Although fans think a basketball player can have “hot hands,” psychologists disagree. We might just be displaying our tendency to select facts that support what we already believe–our confirmation bias.
Citing the “hot-hand phenomenon,” many basketball fans believe that players have a greater chance of shooting successfully following several previous points. Then, because they expect a hot hand, they are more likely to identify it. And yet, it just isn’t so. Studying more than a season of Philadelphia 76er games, researchers concluded that there was “no evidence for a positive correlation between the outcomes of successive shots.” Instead, the data echoed random sets of numbers.
Confirmation bias might also affect how we respond to the Rogoff-Reinhart controversy.
Very simply stated, the research of Harvard economists Kenneth Rogoff and Carmen Reinhart tells us that a 90% debt to GDP ratio is a tipping point. With more debt, GDP growth evaporates. Because their work indicates that austerity rather than stimulus can provide the path to economic health, the Rogoff-Reinhart studies have given academic validity to spending cutbacks.
Now, new research from the University of Massachusetts says the Rogoff-Reinhart work has quantitative inaccuracies. Finding a mistaken number and (what they say is) questionable data weighting and country selection, these economists challenge the underpinnings of the Rogoff-Reinhart conclusions.
Reading the exchange, I suspect we will see confirmation bias. Costly for any researcher to negate previous conclusions, I wonder whether each side will choose data to confirm a previously held point of view.
Sources and Resources: If you doubt the accuracy of a challenge to the “hot-hand” phenomenon, do read the original Tversky et al paper here. Then, this Wired article connects it to confirmation bias. (Please note that Wired questions the sources used by its author but I checked and all appear accurate.) As for the challenge to Rogoff and Reinhart, these two BusinessInsider articles, here and here, provide an ideal overview and the R/R response.
Having just begun The Sense of an Ending by Julian Barnes, I wanted to share a wonderful excerpt. While this student is commenting on the origins of the First World War, his comments take us far beyond.
“Indeed, isn’t the whole business of ascribing responsibility a kind of cop-out? We want to blame an individual so that everyone else is exculpated. Or we blame a historical process as a way of exonerating individuals. Or it’s all anarchic chaos, with the same consequence. It seems to me that there is–was–a chain of individual responsibilities, all of which were necessary, but not so long a chain that everybody can simply blame everyone else. But of course, my desire to ascribe responsibility might be more a reflection of my own cast of mind than a fair analysis of what happened. That’s one of the central problems of history, isn’t it, sir? The question of subjective versus objective interpretation, the fact that we need to know the history of the historian in order to understand the version that is being put in front of us.”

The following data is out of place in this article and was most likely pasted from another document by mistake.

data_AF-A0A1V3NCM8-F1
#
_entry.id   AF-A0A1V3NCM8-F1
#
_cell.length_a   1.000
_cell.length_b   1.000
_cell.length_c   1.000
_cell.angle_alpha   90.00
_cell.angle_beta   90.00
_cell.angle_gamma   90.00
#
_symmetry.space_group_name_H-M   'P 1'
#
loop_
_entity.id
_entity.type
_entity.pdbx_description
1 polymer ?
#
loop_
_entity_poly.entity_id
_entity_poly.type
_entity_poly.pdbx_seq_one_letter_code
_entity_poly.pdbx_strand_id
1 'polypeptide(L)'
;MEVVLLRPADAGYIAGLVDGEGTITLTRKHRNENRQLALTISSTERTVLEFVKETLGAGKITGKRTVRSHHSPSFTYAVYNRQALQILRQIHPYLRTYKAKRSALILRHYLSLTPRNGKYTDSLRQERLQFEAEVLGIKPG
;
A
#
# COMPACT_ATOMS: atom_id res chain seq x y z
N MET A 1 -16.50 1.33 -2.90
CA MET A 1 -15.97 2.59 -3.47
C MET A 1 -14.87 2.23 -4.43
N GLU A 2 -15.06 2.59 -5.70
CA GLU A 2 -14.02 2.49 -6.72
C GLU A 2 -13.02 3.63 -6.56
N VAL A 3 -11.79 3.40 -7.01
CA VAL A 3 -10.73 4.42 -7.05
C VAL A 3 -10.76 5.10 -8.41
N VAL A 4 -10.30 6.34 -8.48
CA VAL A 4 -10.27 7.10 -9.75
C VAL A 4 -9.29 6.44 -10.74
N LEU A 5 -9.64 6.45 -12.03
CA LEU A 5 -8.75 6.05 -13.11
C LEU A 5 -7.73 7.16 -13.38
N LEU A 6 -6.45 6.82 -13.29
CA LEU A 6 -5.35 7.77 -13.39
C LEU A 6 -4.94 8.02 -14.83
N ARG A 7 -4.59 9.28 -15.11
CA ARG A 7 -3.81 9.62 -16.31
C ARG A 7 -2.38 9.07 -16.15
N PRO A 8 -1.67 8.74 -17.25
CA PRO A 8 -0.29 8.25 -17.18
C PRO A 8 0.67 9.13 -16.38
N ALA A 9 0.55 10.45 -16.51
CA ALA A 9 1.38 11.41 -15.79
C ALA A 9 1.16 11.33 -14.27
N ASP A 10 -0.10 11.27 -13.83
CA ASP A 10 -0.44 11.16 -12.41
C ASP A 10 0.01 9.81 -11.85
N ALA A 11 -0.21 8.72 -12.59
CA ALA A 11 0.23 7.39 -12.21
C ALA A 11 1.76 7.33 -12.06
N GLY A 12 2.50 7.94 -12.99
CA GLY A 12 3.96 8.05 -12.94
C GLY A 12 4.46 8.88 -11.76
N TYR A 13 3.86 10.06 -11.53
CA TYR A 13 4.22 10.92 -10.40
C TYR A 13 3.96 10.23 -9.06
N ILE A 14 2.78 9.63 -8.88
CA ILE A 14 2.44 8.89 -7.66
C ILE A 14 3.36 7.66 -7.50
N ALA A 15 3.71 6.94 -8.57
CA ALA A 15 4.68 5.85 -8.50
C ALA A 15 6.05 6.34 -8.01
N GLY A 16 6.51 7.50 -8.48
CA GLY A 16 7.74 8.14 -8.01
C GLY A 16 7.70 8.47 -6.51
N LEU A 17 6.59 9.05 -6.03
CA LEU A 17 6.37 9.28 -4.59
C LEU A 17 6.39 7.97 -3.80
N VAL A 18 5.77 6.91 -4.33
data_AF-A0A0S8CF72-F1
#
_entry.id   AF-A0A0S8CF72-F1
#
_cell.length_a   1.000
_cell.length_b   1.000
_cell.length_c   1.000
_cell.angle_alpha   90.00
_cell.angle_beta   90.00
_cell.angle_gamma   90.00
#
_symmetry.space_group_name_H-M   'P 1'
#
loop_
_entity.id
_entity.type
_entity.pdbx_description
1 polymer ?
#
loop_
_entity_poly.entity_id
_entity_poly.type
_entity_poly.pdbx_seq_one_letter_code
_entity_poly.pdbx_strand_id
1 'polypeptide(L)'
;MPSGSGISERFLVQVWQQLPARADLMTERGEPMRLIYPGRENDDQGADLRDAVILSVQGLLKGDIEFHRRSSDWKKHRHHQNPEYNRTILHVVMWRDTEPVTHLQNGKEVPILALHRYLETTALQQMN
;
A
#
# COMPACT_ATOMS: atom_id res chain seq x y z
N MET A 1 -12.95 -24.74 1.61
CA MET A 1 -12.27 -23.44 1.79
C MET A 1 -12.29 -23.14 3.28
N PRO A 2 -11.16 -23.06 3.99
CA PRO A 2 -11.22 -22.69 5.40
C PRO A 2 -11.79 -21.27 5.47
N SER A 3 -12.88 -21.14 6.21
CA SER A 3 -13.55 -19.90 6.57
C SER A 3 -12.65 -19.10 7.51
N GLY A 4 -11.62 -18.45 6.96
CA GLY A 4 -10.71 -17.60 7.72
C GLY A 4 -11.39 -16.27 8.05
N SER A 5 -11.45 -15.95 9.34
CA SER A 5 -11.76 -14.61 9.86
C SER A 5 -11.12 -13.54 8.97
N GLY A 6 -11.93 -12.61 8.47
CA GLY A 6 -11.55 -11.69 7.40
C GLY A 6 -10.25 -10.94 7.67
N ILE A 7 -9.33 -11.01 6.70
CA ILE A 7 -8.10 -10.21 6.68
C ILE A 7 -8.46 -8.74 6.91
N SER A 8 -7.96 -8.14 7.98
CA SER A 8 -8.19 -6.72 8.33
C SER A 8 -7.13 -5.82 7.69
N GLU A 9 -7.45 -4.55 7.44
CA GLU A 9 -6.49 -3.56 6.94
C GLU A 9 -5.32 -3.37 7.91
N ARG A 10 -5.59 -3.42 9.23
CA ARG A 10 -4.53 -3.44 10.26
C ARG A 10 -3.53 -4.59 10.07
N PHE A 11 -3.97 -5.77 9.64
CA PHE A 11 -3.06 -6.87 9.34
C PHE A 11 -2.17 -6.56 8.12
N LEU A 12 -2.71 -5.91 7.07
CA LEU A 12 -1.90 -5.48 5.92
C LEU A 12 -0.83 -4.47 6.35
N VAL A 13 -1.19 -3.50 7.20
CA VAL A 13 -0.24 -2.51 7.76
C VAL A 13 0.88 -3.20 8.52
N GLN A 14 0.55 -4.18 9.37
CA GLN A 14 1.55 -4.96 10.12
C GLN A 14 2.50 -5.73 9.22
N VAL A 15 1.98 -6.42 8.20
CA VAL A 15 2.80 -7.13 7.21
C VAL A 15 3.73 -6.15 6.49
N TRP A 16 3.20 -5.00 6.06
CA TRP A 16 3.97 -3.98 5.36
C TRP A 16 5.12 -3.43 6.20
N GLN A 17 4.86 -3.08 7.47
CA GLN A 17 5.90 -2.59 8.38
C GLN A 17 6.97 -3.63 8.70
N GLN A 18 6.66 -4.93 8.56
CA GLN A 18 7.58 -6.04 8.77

Can’t we substitute economist for historian in the excerpt? And might this student’s comments about “ascribing responsibility” refer also to our recent financial crisis?
Sources and Resources: The excerpt is from p. 13 in the paperback edition of The Sense of an Ending, winner of the 2011 Man Booker Prize. You might also enjoy this econtalk podcast on “Truth, Science and Academic Incentives” and this one on “Science, Replication and Journalism.” Both podcasts take you to academic bias and relate to Daniel Kahneman’s discussion of confirmation bias in Thinking Fast and Slow, p. 80-81.
Posted by: adminEcon
Tags: belief, causation, confirmation bias, Daniel Kahneman, economists, financial crisis, First World War, great recession, historians, Julian Barnes, The Sense of an Ending
It would be so nice if we could say, “Yes, the 2009 stimulus was a good idea,” or “No, it was not.” Instead, the debate continues.
Discussing his new book, journalist Michael Grabell tells us that we are unnecessarily dividing ourselves between government believers and disbelievers when the focus should be on designing programs that work. Grabell says the problem was not the $787 billion. Stimulus planners chose the wrong “shovel ready” projects. States were unprepared for a tsunami of money. As a whole, the initiative had inadequate “oomph” to create a sustainable recovery.
Where did it work? He says to look at Cash for Clunkers, the program that paid us to trade in our old, emission spewing jalopies for new models. Grabell says the program successfully stimulated car production and supported car dealers.
Not everyone agrees.
An op-ed in the Boston Globe described why stimulus dollars made used car prices soar. On the supply side, car dealers had to destroy the old gas guzzling vehicles they received. On the demand side, with joblessness soaring, more people needed cheaper, “pre-owned” transportation. Less supply? More demand? Equilibrium price rises.
As you can see, the facts abound to applaud or condemn the impact of the 2009 Stimulus Act . Sometimes I even wonder which comes first, the facts or the conclusion. Exhibiting “confirmation bias,” first we walk in with our bias, and then we find a slew of facts to support what we believe in.
The Economic Lesson
In his General Theory on Employment, Interest, and Money, British economist John Maynard Keynes said that nations should borrow during a recession. Then, by using the money to “prime the pump”, fiscal activism stimulates business expansion, the recession ends, government revenue surges, and the debt is repaid.
An Economic Question: How might “confirmation bias” affect your economic analysis about the impact of government spending?